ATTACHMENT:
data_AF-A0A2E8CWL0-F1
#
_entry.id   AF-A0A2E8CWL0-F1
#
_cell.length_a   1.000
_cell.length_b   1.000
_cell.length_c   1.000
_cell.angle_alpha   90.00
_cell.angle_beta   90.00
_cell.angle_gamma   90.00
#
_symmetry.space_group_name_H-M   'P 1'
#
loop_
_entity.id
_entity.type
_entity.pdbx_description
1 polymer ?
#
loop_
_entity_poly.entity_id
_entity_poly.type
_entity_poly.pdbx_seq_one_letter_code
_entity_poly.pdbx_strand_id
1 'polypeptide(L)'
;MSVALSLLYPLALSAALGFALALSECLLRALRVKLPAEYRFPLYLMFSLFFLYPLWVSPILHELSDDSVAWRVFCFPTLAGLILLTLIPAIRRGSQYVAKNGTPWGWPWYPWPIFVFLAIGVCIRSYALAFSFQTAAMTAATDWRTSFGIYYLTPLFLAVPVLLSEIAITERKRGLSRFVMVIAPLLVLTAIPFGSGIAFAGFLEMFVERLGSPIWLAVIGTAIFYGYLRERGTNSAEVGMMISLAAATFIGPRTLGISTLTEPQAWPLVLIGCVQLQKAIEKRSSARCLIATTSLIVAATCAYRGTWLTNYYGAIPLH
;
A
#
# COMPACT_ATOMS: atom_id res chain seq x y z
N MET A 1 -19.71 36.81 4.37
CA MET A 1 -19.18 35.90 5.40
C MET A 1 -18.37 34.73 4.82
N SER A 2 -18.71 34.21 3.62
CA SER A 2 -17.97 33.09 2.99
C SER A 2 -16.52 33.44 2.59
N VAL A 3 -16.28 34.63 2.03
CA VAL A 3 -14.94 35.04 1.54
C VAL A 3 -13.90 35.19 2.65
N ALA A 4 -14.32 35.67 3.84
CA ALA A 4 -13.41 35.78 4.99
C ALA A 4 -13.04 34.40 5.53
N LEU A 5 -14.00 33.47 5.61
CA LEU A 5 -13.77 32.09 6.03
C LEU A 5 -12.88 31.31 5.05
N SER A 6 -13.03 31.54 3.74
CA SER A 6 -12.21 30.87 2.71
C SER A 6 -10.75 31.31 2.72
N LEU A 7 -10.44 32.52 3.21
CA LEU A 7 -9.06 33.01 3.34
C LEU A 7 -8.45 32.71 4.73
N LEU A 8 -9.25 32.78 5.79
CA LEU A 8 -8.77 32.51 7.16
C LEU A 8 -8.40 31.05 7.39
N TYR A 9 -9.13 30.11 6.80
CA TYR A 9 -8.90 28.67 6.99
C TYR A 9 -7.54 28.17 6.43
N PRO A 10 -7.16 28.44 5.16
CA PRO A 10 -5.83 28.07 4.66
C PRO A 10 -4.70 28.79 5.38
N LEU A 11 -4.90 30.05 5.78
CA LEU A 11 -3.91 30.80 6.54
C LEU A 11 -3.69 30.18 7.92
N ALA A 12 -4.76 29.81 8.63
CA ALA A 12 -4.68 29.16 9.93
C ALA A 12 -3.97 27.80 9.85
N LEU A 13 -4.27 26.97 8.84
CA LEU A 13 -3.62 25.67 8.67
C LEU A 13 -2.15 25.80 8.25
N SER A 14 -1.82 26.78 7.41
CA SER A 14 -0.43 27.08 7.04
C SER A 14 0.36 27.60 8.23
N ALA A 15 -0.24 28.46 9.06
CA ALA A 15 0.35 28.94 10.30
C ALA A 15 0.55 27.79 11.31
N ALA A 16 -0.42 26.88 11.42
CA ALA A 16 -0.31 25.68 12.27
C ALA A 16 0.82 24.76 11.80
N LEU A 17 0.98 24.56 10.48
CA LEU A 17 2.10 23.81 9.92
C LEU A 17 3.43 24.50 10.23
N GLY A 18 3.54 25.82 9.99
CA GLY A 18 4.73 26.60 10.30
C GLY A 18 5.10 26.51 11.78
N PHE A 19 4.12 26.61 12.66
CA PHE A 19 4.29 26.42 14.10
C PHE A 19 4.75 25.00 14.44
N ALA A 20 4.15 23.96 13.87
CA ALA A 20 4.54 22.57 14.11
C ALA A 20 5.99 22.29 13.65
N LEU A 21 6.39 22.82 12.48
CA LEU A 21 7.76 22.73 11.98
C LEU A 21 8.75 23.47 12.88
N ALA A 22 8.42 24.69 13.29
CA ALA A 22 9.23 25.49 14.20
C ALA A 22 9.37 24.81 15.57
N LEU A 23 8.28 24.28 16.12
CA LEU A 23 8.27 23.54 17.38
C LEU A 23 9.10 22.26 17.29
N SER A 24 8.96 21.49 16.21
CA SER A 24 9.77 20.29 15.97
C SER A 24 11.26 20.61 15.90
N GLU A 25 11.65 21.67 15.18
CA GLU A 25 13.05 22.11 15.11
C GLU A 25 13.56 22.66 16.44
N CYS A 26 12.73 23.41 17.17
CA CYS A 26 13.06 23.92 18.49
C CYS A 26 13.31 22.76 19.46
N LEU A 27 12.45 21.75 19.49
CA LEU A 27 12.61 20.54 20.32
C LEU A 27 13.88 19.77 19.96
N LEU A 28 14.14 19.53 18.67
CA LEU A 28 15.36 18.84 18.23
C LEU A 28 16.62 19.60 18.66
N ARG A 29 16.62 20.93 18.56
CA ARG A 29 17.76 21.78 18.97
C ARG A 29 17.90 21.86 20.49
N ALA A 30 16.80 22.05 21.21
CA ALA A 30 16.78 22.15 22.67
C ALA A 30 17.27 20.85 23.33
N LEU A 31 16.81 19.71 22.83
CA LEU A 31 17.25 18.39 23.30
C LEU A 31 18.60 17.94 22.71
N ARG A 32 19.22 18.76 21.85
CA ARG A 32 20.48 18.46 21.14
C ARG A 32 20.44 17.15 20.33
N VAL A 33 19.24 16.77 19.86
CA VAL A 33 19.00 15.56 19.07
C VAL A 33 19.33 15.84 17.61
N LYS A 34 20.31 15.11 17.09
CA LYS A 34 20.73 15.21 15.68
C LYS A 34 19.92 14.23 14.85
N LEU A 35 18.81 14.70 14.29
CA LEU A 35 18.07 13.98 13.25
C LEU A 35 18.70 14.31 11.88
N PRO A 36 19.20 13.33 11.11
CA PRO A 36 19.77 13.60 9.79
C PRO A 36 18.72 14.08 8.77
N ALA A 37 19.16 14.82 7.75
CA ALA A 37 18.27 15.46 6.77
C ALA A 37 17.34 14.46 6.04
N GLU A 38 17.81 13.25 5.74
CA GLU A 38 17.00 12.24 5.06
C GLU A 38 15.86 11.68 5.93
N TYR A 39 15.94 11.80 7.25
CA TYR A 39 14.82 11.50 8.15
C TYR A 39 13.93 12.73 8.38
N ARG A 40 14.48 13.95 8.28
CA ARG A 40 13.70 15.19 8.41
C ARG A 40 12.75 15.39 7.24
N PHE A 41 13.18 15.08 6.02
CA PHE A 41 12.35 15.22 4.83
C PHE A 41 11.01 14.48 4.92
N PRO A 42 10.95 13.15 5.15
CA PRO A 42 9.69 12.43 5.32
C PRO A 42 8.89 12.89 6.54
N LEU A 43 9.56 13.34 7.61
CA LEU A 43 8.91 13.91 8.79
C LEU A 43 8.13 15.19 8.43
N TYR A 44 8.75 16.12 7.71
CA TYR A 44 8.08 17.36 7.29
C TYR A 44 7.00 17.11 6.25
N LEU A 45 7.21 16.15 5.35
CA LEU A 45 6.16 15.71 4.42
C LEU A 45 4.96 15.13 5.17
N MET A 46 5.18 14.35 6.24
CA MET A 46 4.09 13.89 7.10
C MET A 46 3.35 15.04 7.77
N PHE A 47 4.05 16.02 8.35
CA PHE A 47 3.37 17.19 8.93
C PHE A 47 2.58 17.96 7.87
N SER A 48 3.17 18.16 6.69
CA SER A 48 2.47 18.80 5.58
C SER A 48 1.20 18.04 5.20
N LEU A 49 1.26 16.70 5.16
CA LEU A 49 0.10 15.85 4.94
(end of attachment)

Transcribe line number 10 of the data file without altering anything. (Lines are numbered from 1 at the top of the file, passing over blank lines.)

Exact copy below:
_cell.angle_gamma   90.00